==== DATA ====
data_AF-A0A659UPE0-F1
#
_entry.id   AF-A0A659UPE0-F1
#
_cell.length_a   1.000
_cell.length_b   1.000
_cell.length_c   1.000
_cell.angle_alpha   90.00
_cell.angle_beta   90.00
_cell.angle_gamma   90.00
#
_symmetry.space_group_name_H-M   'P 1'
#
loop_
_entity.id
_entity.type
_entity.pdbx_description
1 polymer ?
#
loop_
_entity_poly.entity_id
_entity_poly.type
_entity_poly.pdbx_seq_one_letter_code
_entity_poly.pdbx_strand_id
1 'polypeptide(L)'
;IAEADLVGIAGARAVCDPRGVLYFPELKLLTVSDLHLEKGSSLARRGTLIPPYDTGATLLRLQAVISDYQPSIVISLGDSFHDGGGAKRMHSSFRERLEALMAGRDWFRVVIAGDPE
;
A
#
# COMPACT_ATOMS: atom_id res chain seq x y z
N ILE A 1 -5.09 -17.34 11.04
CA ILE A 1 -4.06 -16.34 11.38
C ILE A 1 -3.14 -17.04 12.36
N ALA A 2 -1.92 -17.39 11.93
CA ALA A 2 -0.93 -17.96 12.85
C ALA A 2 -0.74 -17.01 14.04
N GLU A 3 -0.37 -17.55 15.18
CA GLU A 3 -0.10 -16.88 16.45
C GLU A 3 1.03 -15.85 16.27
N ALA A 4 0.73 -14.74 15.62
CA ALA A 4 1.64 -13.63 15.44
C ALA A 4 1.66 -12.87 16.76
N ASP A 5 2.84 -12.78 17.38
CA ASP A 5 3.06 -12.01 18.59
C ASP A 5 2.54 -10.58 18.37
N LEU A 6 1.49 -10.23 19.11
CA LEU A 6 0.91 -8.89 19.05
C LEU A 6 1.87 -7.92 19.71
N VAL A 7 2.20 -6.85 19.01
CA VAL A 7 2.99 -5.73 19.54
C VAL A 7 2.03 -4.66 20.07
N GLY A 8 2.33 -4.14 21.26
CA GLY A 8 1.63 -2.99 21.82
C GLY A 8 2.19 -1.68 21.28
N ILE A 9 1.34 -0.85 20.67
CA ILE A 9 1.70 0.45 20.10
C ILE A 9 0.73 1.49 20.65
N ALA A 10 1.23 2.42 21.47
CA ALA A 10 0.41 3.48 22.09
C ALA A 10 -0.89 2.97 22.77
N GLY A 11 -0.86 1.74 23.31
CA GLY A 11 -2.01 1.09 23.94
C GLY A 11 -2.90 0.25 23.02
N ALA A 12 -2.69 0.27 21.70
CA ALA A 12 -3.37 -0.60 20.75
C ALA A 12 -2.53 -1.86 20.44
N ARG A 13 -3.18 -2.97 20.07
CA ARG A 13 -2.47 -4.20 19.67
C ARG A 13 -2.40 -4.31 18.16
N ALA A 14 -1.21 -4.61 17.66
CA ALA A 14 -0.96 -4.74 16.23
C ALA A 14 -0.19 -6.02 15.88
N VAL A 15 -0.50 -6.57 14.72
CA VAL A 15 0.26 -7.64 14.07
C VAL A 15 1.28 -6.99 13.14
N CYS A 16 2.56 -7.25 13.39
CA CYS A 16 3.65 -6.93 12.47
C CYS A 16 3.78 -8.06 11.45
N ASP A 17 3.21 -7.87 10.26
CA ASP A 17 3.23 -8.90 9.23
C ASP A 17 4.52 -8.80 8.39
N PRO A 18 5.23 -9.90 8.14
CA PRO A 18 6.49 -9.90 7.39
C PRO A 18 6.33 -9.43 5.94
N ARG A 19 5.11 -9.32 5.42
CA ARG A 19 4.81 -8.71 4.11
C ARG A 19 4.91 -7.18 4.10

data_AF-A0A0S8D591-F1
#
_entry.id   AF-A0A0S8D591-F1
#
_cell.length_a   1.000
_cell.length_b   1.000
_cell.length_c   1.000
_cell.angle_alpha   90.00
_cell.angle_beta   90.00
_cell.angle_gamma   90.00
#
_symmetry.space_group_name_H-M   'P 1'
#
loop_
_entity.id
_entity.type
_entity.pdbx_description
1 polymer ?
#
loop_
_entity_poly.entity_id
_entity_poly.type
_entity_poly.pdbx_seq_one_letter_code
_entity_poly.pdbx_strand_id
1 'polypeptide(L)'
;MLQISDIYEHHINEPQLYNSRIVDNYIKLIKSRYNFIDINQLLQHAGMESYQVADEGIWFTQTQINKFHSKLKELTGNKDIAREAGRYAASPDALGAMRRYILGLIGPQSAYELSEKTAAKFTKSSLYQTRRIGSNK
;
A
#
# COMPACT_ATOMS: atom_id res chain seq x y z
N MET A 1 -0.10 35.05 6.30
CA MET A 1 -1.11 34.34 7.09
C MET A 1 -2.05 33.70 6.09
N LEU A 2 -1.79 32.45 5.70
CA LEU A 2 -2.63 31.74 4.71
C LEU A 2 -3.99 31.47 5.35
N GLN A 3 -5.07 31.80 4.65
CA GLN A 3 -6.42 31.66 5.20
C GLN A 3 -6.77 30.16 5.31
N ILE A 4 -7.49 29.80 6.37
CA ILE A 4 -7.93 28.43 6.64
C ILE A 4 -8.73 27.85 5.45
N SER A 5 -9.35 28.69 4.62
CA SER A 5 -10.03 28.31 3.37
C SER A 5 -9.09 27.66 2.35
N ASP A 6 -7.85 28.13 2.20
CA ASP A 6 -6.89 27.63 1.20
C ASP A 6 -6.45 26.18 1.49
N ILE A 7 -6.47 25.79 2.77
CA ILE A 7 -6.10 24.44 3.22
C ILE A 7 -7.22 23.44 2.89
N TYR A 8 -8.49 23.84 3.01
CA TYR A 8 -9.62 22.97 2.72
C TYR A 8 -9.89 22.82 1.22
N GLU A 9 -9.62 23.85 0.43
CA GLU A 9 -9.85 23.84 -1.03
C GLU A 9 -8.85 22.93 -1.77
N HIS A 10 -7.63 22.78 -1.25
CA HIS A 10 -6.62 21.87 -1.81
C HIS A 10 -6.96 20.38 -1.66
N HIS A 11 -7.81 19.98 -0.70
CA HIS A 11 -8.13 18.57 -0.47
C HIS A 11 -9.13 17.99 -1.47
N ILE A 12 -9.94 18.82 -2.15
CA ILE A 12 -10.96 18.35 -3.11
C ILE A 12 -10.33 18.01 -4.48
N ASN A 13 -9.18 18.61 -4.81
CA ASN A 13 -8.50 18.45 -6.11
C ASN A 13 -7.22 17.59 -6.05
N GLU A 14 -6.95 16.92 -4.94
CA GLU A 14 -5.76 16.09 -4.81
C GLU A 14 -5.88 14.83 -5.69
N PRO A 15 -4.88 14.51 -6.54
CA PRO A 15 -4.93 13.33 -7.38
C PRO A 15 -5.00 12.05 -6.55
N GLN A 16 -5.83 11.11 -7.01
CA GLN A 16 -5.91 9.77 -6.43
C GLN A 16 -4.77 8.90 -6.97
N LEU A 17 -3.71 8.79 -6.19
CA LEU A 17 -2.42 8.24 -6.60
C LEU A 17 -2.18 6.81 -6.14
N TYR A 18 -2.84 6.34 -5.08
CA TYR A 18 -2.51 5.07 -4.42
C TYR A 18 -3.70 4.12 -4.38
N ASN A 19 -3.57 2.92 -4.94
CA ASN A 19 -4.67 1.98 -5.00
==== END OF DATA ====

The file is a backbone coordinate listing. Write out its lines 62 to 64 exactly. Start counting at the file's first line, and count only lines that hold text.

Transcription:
CA GLY A 11 -2.01 1.09 23.94
C GLY A 11 -2.90 0.25 23.02
N ALA A 12 -2.69 0.27 21.70